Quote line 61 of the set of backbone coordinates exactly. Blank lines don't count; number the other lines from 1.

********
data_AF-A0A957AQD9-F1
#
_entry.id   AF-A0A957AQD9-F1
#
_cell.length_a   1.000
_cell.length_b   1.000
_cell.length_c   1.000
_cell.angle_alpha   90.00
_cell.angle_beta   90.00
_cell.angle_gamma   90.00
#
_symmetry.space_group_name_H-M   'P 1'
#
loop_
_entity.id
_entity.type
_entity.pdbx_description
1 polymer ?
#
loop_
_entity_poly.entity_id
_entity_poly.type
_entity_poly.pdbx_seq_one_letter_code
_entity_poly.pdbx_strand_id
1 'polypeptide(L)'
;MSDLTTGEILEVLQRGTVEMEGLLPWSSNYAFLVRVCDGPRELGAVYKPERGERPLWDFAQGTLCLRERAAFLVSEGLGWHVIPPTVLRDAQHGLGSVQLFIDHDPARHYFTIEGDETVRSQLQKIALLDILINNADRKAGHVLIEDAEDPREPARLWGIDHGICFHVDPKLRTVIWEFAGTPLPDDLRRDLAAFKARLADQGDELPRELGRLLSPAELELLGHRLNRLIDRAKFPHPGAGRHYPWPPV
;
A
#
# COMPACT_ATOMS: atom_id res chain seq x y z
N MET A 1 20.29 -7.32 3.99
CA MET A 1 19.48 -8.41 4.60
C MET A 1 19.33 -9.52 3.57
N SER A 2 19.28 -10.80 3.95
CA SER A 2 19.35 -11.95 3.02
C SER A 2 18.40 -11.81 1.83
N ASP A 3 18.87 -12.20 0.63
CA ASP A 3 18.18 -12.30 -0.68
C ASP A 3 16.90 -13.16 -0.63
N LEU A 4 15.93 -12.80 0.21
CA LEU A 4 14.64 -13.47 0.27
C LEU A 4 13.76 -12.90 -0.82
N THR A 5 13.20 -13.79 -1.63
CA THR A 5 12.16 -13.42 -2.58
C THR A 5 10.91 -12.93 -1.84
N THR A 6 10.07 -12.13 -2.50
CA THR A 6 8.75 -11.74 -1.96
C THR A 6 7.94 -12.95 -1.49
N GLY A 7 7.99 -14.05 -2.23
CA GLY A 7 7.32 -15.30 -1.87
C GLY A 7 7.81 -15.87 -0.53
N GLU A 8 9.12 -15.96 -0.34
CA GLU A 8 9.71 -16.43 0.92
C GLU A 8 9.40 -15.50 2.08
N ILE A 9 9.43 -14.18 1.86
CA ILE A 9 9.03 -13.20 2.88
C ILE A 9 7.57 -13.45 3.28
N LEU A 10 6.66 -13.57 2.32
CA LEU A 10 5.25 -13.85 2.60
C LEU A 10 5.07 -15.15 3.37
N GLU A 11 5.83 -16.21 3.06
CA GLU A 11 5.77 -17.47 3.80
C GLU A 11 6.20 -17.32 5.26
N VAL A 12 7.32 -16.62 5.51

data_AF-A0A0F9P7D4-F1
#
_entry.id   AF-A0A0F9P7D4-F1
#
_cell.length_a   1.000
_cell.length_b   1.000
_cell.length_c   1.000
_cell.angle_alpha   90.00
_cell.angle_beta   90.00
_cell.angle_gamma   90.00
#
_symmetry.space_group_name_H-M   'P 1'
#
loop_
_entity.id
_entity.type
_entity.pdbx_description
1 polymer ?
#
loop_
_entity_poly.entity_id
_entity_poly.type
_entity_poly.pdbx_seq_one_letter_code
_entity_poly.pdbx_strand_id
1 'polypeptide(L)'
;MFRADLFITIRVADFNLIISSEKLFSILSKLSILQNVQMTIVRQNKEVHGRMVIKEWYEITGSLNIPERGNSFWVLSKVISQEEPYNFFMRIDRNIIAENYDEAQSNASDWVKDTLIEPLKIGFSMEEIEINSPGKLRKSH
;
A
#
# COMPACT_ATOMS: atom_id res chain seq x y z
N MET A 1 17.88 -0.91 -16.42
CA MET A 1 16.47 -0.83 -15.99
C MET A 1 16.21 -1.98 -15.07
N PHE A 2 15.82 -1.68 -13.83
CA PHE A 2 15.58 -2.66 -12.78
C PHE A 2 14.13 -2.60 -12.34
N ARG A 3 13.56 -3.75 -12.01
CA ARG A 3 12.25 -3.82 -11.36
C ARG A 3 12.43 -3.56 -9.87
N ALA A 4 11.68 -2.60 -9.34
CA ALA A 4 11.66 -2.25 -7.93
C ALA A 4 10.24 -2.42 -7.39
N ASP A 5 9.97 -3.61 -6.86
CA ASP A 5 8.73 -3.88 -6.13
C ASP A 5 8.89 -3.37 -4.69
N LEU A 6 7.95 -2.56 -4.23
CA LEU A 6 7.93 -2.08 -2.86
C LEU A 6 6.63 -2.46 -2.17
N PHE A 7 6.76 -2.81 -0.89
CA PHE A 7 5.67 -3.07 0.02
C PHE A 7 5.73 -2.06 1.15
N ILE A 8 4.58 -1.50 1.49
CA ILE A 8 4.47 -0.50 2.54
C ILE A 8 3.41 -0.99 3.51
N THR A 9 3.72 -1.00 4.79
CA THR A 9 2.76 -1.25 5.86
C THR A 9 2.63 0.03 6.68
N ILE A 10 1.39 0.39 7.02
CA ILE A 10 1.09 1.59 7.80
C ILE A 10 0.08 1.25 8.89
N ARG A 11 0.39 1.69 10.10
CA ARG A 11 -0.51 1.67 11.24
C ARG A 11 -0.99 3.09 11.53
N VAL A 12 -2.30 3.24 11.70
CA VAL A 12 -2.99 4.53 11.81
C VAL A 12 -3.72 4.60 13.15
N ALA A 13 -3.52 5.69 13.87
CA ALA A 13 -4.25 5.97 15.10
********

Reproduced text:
N GLU A 11 5.83 -16.21 3.06